Monday, June 18, 2012


(This entry had great pictures of my kids on an elephant statue, but Blogger's uploader is being weird, so just imagine them, ok?)

Today was beautiful. Sunny, slight breeze, warm enough to wear summer clothes without boiling. Aside from a minor SNAFU that involved hauling my miraculously still sleeping children out of bed at 6:30 so we could drive Daddy to the train station, the morning was going relatively well. At 10 a.m. I got a text from my friend Jess.

"Did you want to go out today? [Semi-local] Park or aquarium in Boston?"

Since I did not particularly want to haul three kids back to the train station, I picked the playground/park, packed some sandwiches, made sure everyone had on appropriate shoes and had been to the bathroom, and headed out.

We arrive, and the parking lot is busy but not packed, and I score a shady spot under the tree. I unload the stroller, strap in Lily, apply sunscreen as needed and chat with Jess as she gets her son into his stroller. We head over to the playground, stop and let Anna worship at the feet of this almost life-sized elephant statue. and join the mass of kids and parents socializing on this fine day.

Jess and I had just staked out a nice shady spot to stand in with the babies, and I had almost pried Anna off my left leg when Mary returned.

"Mommy I hafta go to the bathroom," she announced.

"Really?!" I asked. "But you just went before we left the-I don't even know if there are bathrooms here," I finished feebly.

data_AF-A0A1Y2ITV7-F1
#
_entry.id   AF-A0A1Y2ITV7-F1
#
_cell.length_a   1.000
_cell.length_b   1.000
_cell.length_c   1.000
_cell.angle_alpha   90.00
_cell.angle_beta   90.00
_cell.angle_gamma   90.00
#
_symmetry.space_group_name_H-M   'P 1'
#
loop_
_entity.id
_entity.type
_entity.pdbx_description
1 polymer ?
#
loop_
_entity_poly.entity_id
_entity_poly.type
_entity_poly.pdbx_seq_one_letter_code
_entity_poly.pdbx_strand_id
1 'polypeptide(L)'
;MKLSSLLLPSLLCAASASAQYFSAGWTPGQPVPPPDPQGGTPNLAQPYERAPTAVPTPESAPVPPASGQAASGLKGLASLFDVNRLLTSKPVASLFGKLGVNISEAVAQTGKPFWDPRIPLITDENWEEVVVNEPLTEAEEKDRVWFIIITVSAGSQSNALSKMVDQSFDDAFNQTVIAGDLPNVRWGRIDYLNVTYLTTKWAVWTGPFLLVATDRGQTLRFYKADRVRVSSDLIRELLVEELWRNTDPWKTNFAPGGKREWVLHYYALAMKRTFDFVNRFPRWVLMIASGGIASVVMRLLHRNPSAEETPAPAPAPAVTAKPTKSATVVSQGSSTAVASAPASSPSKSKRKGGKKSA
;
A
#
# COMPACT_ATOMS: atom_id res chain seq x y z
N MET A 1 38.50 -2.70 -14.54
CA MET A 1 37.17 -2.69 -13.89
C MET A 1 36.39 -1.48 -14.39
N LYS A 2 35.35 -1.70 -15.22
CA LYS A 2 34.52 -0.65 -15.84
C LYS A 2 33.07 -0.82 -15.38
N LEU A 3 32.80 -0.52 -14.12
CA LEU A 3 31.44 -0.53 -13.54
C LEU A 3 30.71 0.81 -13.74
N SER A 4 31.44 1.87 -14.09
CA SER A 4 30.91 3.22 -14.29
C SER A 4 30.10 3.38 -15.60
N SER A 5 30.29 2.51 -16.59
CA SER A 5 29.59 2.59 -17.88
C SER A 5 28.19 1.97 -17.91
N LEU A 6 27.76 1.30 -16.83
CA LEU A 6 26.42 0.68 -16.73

"I think there's some at the ice cream stand," Jess said.

"Okay," I said. "Anna, do you have to go potty?"


"Okay, then. Mommy will be right-"

"NO! I wanna come with you!"


So we gamely left the playground, detoured around the elephant, found the bathrooms (at which point my mantra became "Don't touch anything, don't touch anything, put your arms up high, don't touch ANYTHING"), let Mary go, soothed Anna when the flushing scared the pants off of her and went back to the playground. It was 11 a.m.

For the next 30 minutes I wound up reminding the older two in turn that it was not yet lunch time, despite their excitement over the whole picnic idea, before I gave up at 11:30 and we claimed the only bench left.

The girls ate in relative silence. Then Anna piped up.

"I havetogopee."

"Really. Really?"

"No, I don't. I don't like the noise. I teasing you." Okay then. But five minutes later...

"I really have to go pee!"

I eyed the busier parking lot.

"Okay, fine, Anna, but hop on my back and I'll carry you, ok?"

She did.

And that's when I realized we'd, shall we say, missed our window of opportunity to successfully use the restroom.


"I no hafta go pee."

"YEAH I KNOW," I said, as we went back to the car for a change of clothes. I got her cleaned up, we returned to the bench, at which point she informed me she still had to go to the bathroom.

"No you don't. You just went," I said.

"I do."

"If we get all the way over there and you don't pee I'm going to be very angry," I said.

"I do."

So off we went. And she went. (How?) And we returned to play for another hour or so. Then Lily got cranky. And Jess' son Jack was ready for a nap and Anna whacked her head on a piece of climbing rope and absolutely melted down, so back to the car we went.

At which point Mary piped up.

I'm sure you can guess.

So we went. And she went. And I'm pretty sure I saw more of the public toilets at Local Park than I did the playground.

"Mommy, can we go to another playground soon?"

As long as they have a bathroom, I guess.

Friday, June 15, 2012

Today, in bullets

Today I...

*Learned Anna can swim. We were all at my neighbor's pool and she decided to jump off the bottom rung of the ladder despite reminders to tell a grown up if she wanted to try to swim so we could hold her hand. She went under water, of course, and before anyone could grab her she paddled back up to the surface and started for the side of the pool. (Years off Mommy's life: several.)